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Excerpt from Endgame

Symbolic Actions (p. 778)

From chapter "Symbolic and Non-symbolic Actions"

Environmentalists and other social change activists often make the opposite mistake: we pretend that symbolic victories translate to tangible results. We hold great protests, make great puppets and witty signs to carry, write huge books, hang banners from bridges, get mentioned in newspapers, sing empowering songs, chant empowering prayers, burn sacred incense, hit politicians and CEOs with vegan cream pies, and participate in thousands of other symbolic acts, but the salmon still go extinct, phytoplankton populations still plummet, oceans still get vacuumed, factories still spew toxins, there are still 2 million dams in this country, oil consumption still continues to rise, ice caps still melt, hogs and hens and cows still go insane in factory farms, scientists still torment animals in the name of knowledge and power, indigenous people are still driven off their land, still exterminated.

We especially in the environmental movement are so used to losing that we have come to celebrate and often even live for whatever symbolic victories we can gain, whatever symbolic victories are allowed us by those in power. We lock down on logging roads and stop logging at this one place for one hour, one morning, one day, one week, and then we’re removed, and so is the forest that has stood on this ground for thousands of years. But we do sometimes get some good press.

I have no problem with symbolic victories. Sending a message can be important, and is indispensable for recruiting as well as for shaping public discourse. Sometimes sending messages even makes a difference in the real world. I often think about a story a friend told me, about symbolic actions in response to violence. She wrote: “My friend Erica worked at the local Whole Foods Market (I know, the evil empire). There’s a small but visible Tibetan immigrant community in the area, and a number of them had jobs at Whole Foods. This one Tibetan man had immigrated a few years back, saved up money and sent for his wife. She arrived and one day soon after he hit her. First thing to note is that she packed her bags and never went back to him. Second thing to note is that everyone else in that community would have taken her in for as long as she needed—she had multiple safe places to go. And third—this is the part I like the most—he was shunned by everyone. Nobody would speak to him. They would turn their faces sideways so as not to look at him and even put their hands up over their eyes to block the sight of him. If he tried to speak to people they would ignore him or walk away. When Erica started working at Whole Foods, this had been going on for two years! So it can be done. We could live in a world where violence against women had severe consequences that wouldn’t even necessitate the removal of body parts.”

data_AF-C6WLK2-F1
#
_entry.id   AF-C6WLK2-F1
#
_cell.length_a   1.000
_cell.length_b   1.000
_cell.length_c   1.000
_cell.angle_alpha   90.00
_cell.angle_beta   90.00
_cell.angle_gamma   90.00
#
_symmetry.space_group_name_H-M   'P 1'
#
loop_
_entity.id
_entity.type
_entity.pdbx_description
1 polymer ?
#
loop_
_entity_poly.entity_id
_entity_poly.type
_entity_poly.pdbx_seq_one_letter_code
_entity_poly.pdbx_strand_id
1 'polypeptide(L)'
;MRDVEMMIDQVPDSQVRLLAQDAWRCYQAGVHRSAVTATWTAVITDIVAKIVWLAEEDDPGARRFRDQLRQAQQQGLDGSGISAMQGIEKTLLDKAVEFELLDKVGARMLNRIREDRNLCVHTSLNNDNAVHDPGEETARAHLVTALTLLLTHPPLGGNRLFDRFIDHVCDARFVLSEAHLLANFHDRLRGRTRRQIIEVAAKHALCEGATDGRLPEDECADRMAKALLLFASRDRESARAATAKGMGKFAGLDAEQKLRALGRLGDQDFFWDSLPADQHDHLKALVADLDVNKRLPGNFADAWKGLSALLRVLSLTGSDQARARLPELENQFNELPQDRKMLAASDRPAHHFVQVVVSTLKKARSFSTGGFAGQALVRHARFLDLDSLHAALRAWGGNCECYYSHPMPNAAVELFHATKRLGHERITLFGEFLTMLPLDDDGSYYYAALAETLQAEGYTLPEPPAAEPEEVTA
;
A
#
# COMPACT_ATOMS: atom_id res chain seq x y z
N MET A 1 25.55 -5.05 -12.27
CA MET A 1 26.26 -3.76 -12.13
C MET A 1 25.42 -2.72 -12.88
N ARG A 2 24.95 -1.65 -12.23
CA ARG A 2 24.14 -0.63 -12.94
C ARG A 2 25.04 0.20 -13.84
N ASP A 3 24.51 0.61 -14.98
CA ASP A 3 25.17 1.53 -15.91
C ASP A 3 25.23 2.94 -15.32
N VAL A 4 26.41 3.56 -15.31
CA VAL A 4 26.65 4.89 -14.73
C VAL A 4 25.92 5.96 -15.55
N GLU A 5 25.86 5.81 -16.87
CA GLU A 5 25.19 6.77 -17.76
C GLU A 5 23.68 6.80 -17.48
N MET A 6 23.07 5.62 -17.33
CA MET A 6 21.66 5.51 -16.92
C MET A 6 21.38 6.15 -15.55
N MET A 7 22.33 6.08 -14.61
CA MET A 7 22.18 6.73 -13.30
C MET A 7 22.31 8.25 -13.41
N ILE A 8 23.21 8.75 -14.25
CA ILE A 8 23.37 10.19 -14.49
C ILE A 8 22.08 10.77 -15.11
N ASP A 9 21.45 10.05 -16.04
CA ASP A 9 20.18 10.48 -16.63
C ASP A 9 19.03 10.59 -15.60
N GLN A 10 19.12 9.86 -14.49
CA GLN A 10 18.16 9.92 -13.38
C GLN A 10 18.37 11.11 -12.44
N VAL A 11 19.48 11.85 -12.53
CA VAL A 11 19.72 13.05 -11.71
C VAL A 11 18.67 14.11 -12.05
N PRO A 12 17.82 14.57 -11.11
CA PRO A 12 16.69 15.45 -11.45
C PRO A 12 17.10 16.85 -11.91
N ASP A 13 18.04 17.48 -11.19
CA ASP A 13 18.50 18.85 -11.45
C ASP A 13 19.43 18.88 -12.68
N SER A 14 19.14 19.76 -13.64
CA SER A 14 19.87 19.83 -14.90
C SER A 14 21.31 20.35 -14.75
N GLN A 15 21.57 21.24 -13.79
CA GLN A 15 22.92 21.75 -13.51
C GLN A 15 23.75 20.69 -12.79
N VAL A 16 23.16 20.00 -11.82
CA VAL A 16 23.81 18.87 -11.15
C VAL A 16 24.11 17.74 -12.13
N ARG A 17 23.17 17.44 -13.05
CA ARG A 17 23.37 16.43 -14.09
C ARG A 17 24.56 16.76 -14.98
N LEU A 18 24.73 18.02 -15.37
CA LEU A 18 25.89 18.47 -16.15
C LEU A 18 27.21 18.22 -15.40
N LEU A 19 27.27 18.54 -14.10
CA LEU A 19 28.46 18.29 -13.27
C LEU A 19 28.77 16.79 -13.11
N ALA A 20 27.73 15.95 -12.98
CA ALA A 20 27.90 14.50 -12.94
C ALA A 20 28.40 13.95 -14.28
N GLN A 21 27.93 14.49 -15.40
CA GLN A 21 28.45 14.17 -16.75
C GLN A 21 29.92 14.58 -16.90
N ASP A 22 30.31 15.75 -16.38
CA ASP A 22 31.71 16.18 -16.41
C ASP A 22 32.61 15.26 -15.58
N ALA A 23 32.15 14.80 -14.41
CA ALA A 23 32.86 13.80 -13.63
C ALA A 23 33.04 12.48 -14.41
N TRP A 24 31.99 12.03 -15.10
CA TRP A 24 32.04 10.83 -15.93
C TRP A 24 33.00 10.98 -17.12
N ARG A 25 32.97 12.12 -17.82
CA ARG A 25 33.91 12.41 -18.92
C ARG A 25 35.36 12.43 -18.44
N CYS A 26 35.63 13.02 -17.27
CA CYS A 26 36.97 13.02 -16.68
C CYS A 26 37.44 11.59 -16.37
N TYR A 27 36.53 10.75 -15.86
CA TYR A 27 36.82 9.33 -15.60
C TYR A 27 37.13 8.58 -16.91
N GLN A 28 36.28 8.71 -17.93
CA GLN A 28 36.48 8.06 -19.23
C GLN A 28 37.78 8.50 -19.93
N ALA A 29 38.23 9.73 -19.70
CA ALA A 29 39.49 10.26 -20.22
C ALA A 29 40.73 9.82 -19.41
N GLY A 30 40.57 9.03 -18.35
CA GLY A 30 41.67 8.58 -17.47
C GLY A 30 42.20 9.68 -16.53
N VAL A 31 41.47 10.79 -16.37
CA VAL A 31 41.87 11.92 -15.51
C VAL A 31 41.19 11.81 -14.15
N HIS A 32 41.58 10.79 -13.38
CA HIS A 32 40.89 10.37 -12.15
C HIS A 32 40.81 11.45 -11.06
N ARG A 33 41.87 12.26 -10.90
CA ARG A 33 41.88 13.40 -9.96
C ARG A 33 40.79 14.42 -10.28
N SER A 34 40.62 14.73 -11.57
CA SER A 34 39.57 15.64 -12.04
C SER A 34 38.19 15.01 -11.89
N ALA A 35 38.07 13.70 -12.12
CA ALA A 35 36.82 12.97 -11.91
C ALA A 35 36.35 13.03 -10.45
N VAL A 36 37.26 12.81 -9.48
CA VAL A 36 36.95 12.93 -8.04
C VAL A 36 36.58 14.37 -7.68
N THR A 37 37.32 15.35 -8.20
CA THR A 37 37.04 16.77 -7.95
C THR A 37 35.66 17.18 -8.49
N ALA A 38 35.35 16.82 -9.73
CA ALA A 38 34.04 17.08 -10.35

This is an important case study, but I hesitated to include it in this book because I have a concern that too many of us—I’m thinking especially of pacifists, but this concern applies to all of us—will attempt to too generously generalize this example. Too many of us will be tempted to say that because this shunning might have had an effect on this Tibetan man that we should do the same to George W. Bush and Charles Hurwitz. If only we avert our eyes, if only we make these larger-scale abusers feel supremely unwelcome, they will stop destroying the planet. But turning one’s face away would only work within a face-to-face community. It only works when the other cares what we think. Hurwitz no more cares what I think about him than he cares about the forests he is destroying. Part of the key then is to force these others to care what we think.

For a symbolic act to bring about change in the real world, at least two conditions must be in place. The first is that the recipient of this message must be reachable. We can send all the postcards we want to Bush and Hurwitz beseeching them to stop killing forests, and it won’t make a bit of difference. Here’s an example. Although Bill Clinton’s environmental record was disgraceful, he did enact a moratorium on punching roads into the relatively few remaining roadless federal lands.He did this only after a public comment period lasting three years, during which the feds received more than 2.5 million comments, approximately 95 percent in favor of the moratorium. Now Bush has rescinded the moratorium, citing insufficient public comments and support.The response by most environmental organizations has been to ask their members to send letters to Bush respectfully requesting he reinstate the moratorium.Neither Bush nor Hurwitz—and by extension most of those in their positions—is reachable through these means. Neither of them gives a shit about forests, except as dollars on the stump. Sending them a million postcard messages—or a million messages on signposts, or a message from streets filled with a million protesters—will make neither of them do the right thing.

And it’s not just those directly in power who are not particularly reachable. As we discussed earlier, I do not think the mass of the civilized will ever rise up to stop the destruction of the world.

But there are those who will.